SERVICES | Party Wall Notices & Awards
In 2011, we began offering party wall related services to complement our daylight, sunlight and rights of light work. Drawing on the expertise of our in-house party wall surveyors and associate firms, we now provide a nationwide neighbourly matters service. Our neighbourly matters team can assist with all types of party wall notices, awards, oversail and boundary issues.
The Party Wall etc. Act 1996
Party wall agreements may be required in addition to planning permission and building regulations approval. The Act regulates any building work on or near your shared party wall, boundary wall or other party structures in England & Wales. Party structures include floors that separate parts of buildings with different owners (such as flats). The Act is not concerned solely with party walls, but also specified types of construction work on, or near, the boundary between adjoining properties. For example, excavations at certain depths and within certain distances of adjoining buildings are regulated, even where no party wall is present. The Act also regulates work to certain types of structure wholly in the ownership of one of two neighbouring owners.
It is the building owner’s responsibility to find out whether their intended works fall within the scope of the Act and whether they need a Party Wall Award. If the works are regulated by the Act, the building owner must correctly serve Party Wall Notices to all the affected adjoining owners. The building owner must also obtain the written consent of each party. Building owners must notify adjoining owners if they intend to;
- build astride the boundary line or adjacent to the boundary line of the relevant properties (such as building a new wall);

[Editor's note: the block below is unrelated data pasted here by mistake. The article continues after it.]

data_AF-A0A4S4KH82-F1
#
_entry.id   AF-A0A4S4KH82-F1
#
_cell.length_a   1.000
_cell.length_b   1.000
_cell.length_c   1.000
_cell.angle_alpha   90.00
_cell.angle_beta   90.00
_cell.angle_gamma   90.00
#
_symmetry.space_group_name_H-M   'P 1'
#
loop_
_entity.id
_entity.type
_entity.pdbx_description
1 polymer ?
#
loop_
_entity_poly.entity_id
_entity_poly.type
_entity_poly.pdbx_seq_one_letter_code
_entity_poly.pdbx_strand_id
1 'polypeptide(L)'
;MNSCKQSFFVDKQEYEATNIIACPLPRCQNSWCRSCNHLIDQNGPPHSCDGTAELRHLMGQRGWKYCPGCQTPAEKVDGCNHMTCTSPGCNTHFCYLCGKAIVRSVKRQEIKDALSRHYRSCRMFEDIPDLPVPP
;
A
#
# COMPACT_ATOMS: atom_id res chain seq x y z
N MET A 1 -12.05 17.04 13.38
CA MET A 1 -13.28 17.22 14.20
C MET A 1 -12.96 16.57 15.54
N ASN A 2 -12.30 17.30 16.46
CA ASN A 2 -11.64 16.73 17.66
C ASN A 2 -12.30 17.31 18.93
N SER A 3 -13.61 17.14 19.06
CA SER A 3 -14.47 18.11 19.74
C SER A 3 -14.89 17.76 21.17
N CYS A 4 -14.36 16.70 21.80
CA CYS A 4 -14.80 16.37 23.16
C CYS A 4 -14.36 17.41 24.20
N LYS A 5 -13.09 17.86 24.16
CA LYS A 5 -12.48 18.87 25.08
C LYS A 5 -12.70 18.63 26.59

- undertake work on an existing party wall or party structure (such as cutting into a party wall, increasing or decreasing the size of a party wall, removing chimneys or rebuilding a party wall);
- excavate near any part of the adjoining owners building and to below the foundations of any part of the adjoining owners building.
The Act provides statutory authority to perform acts that would otherwise constitute the tort of trespass or nuisance, provided that the procedures under the Act are followed. The Act authorises work that may involve physical encroachment onto a neighbour’s land, or produce dust, vibration, noise or some other inconvenience or annoyance, but it must be carried out in such a way that it does not cause unnecessary inconvenience. If this is caused, it would be unlawful and actionable by adjoining owners or occupiers.
If written consent is not obtained, a dispute is deemed to have occurred. Joint or individual surveyors must be appointed to resolve the dispute. Party wall surveyors are appointed under section 10 of the Act and undertake a statutory role. They balance the interests of the two appointing parties and are not permitted to frustrate the statutory process. They are also required to ensure that the building owner is able to exercise their rights under the Act, but in such a way that only necessary inconvenience is caused to adjoining owners or occupiers. This is achieved by the surveyors defining a Party Wall Award which details the work that may be lawfully carried out under the Act and by surveyors undertaking reasonable inspections of work to which the Award relates.
The Award is a legally binding document which will clarify what works will happen, how and when they are undertaken and what share of the reasonable costs each party must pay. Reasonable costs are generally considered those incurred in obtaining and making an award, which includes the reasonable fees of the appointed or selected surveyors and other appropriate advisers. Responsibility for these costs is determined by the surveyors making the award but are generally covered by the building owner.